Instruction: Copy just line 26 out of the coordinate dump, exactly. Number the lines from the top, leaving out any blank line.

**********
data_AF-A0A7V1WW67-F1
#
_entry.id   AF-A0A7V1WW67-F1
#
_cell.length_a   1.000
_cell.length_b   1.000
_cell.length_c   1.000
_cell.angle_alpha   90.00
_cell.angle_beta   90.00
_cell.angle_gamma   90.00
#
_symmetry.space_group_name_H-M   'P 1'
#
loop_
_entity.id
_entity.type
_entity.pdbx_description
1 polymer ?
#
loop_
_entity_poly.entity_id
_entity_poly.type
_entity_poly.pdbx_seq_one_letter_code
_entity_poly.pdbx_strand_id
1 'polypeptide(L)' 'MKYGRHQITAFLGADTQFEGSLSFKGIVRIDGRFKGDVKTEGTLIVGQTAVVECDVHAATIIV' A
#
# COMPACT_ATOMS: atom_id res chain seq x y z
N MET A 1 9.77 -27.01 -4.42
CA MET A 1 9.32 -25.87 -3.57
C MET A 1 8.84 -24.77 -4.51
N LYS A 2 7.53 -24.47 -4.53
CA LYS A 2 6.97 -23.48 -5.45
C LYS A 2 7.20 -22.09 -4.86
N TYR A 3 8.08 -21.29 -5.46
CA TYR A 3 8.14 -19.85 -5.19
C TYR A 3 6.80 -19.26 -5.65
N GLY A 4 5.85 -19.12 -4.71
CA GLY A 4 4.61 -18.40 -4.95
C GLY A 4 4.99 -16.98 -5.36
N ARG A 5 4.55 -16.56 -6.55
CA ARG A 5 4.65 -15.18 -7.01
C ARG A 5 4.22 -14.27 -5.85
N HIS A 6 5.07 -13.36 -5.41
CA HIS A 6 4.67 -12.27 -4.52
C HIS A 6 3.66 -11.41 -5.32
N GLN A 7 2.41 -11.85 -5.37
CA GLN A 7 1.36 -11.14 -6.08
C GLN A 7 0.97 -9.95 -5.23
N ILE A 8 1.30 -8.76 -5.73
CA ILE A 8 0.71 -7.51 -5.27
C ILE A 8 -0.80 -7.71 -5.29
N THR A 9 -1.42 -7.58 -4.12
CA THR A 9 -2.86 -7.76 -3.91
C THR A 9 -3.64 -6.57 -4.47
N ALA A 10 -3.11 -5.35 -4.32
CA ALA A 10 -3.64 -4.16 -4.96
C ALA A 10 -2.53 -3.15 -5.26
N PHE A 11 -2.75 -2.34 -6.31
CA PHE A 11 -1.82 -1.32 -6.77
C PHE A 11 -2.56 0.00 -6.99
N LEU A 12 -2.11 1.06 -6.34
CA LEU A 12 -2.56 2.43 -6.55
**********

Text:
#